Staff Sgt. Scott Sather was killed two weeks ago in Iraq - the first airman killed in the war. The 29-year-old Michigan native earned seven medals, including the bronze star, during his Air Force career.
"Scott's a great American," said Maj. Robert Armfield. "He was a hard-charging guy. He wanted to be the best at what he did, and that's why he became an Air Force combat controller."
Combat controllers are an elite group of fighters who lead allied aircraft to enemy targets. There are only about 300 controllers, a group that had not suffered a war casualty until last year.
Chaplain Mark Thomas, a Sampson County native grew up near the base, works with the controllers. He also conducted Friday's service.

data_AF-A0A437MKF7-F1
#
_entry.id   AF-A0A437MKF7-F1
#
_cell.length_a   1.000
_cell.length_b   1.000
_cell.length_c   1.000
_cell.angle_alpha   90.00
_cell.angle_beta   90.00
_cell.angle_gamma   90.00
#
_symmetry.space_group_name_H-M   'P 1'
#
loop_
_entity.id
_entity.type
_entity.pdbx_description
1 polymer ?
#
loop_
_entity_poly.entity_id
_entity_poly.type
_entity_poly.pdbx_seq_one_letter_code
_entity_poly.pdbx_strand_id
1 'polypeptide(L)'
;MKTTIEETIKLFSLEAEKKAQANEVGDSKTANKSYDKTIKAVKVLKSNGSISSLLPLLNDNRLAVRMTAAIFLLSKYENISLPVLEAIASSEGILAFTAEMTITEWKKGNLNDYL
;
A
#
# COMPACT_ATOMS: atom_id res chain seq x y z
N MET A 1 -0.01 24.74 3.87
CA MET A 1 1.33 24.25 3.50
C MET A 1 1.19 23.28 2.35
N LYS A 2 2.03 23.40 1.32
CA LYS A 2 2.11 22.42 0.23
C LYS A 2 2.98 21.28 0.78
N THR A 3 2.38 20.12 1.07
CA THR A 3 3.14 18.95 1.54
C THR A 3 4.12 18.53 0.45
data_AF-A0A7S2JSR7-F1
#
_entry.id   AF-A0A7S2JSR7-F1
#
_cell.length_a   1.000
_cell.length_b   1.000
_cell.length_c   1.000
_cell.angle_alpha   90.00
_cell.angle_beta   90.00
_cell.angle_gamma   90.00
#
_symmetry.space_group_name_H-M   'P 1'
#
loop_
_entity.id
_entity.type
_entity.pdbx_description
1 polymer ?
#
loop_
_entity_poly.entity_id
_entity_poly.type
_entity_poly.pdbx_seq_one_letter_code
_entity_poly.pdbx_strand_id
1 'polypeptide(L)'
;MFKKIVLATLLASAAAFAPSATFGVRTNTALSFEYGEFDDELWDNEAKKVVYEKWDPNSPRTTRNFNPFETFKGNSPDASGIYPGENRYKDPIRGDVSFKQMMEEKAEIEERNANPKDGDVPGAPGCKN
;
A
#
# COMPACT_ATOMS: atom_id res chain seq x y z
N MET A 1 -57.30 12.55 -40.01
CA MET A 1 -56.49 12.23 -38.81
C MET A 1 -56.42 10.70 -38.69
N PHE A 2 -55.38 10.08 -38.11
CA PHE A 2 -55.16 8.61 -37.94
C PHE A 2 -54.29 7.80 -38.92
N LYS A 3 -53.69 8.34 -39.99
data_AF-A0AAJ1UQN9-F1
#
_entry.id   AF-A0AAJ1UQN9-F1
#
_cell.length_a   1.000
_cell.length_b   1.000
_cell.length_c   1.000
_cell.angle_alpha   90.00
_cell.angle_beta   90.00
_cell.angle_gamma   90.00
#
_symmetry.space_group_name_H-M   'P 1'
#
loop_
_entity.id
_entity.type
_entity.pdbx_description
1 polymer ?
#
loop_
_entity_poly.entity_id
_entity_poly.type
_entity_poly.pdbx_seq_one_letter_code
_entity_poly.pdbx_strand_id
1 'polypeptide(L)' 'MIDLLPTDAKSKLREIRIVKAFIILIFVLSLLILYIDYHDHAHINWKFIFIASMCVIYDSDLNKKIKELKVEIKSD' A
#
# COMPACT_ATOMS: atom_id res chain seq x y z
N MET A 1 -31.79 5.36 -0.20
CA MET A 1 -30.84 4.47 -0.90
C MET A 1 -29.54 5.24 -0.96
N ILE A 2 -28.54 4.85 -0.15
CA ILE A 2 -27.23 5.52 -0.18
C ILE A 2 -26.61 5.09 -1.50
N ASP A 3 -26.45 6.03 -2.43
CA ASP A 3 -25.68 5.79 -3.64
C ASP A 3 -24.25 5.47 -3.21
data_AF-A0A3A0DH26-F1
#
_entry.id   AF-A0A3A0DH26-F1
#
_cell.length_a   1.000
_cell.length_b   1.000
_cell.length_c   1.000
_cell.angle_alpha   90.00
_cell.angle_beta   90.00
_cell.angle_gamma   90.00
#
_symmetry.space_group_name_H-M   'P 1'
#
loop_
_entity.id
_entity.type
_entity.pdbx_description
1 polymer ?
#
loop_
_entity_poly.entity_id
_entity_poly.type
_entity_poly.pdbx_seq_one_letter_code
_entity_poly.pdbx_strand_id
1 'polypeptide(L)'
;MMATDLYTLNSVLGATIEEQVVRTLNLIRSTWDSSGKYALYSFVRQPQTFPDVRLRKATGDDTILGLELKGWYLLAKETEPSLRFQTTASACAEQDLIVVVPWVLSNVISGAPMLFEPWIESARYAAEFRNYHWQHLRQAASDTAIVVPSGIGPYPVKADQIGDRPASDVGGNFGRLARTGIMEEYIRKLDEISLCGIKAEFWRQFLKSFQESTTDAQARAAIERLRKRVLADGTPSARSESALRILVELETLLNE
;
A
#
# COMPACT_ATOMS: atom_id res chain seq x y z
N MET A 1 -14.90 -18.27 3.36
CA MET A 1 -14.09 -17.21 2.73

"What I try to do is focus on the fact of their faith," Thomas said. "I try to help them out with hope."
Thomas said burial services like Friday's are never easy for anyone.
"Seeing children and young brides," he said, "knowing they paid such a sacrifice for our freedoms."
A fellow controller said two deaths in the unit in just more than a year is tough to take.
"All you can think about is what you are in the military for and what you are doing," said Tech Sgt. Westley Brooks, "and that's defending the freedoms we all have."
Thomas' job is to offer hope for the future, even when it seems impossible to reach.
"It's rewarding, in a sense," he said, "knowing we've been able to establish some hope with them that tomorrow will come, and they'll be able to walk through this."
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